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Library Instruction Program

Provides more information for Wichita State University teaching faculty and instructors about critical thinking, information and digital literacies, and library instruction.

Coordinator of Library Instructional Services

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Maria Sclafani
Available via Zoom for virtual consultations- email me to set up an appointment.

How Can Librarians Help?

Librarians are available to collaborate with you to develop assignments that strengthen information seeking skills and encourage critical thinking. Below are a few tips and suggestions to keep in mind when planning your next research assignment.

  • Librarians are here to help! Liaison librarians are available to assist faculty in reviewing current library assignments or in developing new information literacy standards-based exercises and assignments that require students to gather, analyze, evaluate, and apply information. Encourage students to seek us out at the reference desk or schedule one-on-one appointments.
  • Merge information literacy objectives with your course objectives. This allows students to develop their information seeking skills and increase their comprehension of course content.1 Many information literacy objectives also reinforce skills that will be needed in their lives beyond college.  
  •  Vary the types of assignments. Assigning an assortment of projects lets students work on different information skills. Instead of the traditional research paper, consider assigning case studies, annotated bibliographies, web site comparisons, or guided research journals. Librarians can help faculty adapt these types of assignments to fit your course content or disciplinary goals.
  •  Check the currency of your assignments. Information sources are constantly evolving and it’s important to make sure assignments require students to use only up-to-date resources. By providing the library with a copy of your assignment, we can help identify any potential problems or comment on availability of resources.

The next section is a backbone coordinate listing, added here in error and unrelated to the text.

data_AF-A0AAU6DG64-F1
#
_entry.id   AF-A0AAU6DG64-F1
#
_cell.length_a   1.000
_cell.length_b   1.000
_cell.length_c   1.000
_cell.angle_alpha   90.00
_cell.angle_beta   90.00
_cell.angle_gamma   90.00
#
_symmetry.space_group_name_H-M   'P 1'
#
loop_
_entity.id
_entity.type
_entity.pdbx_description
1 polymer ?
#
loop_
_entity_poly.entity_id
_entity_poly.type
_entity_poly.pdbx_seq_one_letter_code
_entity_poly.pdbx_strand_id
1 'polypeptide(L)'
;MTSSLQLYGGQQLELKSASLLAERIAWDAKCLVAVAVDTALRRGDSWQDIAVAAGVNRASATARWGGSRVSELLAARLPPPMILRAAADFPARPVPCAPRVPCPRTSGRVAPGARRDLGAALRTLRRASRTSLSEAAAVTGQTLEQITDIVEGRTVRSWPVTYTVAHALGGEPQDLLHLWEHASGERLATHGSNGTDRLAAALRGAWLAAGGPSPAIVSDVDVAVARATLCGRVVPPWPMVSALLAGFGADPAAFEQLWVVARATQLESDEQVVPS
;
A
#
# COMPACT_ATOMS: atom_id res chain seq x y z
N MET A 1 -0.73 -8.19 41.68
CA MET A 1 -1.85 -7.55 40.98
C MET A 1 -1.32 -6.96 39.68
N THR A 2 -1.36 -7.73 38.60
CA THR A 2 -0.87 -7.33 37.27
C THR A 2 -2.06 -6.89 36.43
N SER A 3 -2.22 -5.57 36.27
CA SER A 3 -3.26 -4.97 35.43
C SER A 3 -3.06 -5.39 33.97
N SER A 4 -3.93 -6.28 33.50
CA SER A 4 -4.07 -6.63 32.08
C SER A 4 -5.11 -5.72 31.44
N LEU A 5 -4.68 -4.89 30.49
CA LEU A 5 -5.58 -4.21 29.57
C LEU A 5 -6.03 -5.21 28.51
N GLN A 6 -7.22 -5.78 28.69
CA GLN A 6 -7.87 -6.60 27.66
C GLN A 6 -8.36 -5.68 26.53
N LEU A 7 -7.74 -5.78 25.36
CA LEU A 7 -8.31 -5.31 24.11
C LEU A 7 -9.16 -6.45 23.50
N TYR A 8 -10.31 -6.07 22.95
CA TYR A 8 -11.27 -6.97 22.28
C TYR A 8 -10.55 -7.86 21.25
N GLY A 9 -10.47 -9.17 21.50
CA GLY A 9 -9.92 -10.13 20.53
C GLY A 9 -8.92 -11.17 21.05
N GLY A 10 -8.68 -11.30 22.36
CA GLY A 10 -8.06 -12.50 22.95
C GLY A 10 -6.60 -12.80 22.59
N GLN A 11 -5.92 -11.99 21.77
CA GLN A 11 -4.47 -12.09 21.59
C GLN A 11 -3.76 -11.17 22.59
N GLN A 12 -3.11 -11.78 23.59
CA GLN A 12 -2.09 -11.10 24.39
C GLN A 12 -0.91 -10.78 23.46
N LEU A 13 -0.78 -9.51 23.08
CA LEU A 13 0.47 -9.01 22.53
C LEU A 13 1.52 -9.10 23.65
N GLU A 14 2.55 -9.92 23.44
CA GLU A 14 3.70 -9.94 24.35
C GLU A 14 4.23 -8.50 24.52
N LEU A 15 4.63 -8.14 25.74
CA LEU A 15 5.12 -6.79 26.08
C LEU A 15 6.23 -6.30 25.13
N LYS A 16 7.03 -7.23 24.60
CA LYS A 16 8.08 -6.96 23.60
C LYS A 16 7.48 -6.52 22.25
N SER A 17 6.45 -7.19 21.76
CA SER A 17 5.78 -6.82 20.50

•  Consider re-wording assignment instructions. Let’s face it, some students need very detailed instructions when approaching an assignment. For example, telling students they cannot use the Internet can cause stress and frustration. Many students believe that the content found in the WSU Libraries' electronic resources, including online journals and electronic books, is off limits because it’s on the “Internet.
  • Integrate librarians into the project. A great way to do this is by scheduling library instruction to help students put the project in a frame of reference. Not only will we help with creating assignments, we can design custom resource guides and handouts for your students. You can also add these and the librarian’s contact information to Blackboard. And here’s the clincher: if you'd like, we can even grade the assignment for you!

It may be time to re-think the traditional library research project. Instead of focusing on having students gather a set number of sources for a standard term paper, look at assignments that teach students how to think critically, how to ask questions, and how to use different strategies to gather information to answer those questions.2 Take the first step by contacting your liaison librarian to discuss your interest in creating assignments/exercises that reinforce critical thinking skills.

1Mahaffy, Mardi. “Encouraging Critical Thinking in Student Library Research: An Application of National Standards.” College Teaching 54.4 (2006): 324-327.

2Cheney, Debora. “Problem-Based Learning: Librarians as Collaborators and Consultants.” portal: Libraries and the Academy 4.4 (2004): 495-508.

Assignment Resources

More Tips for Incorporating Information Literacy

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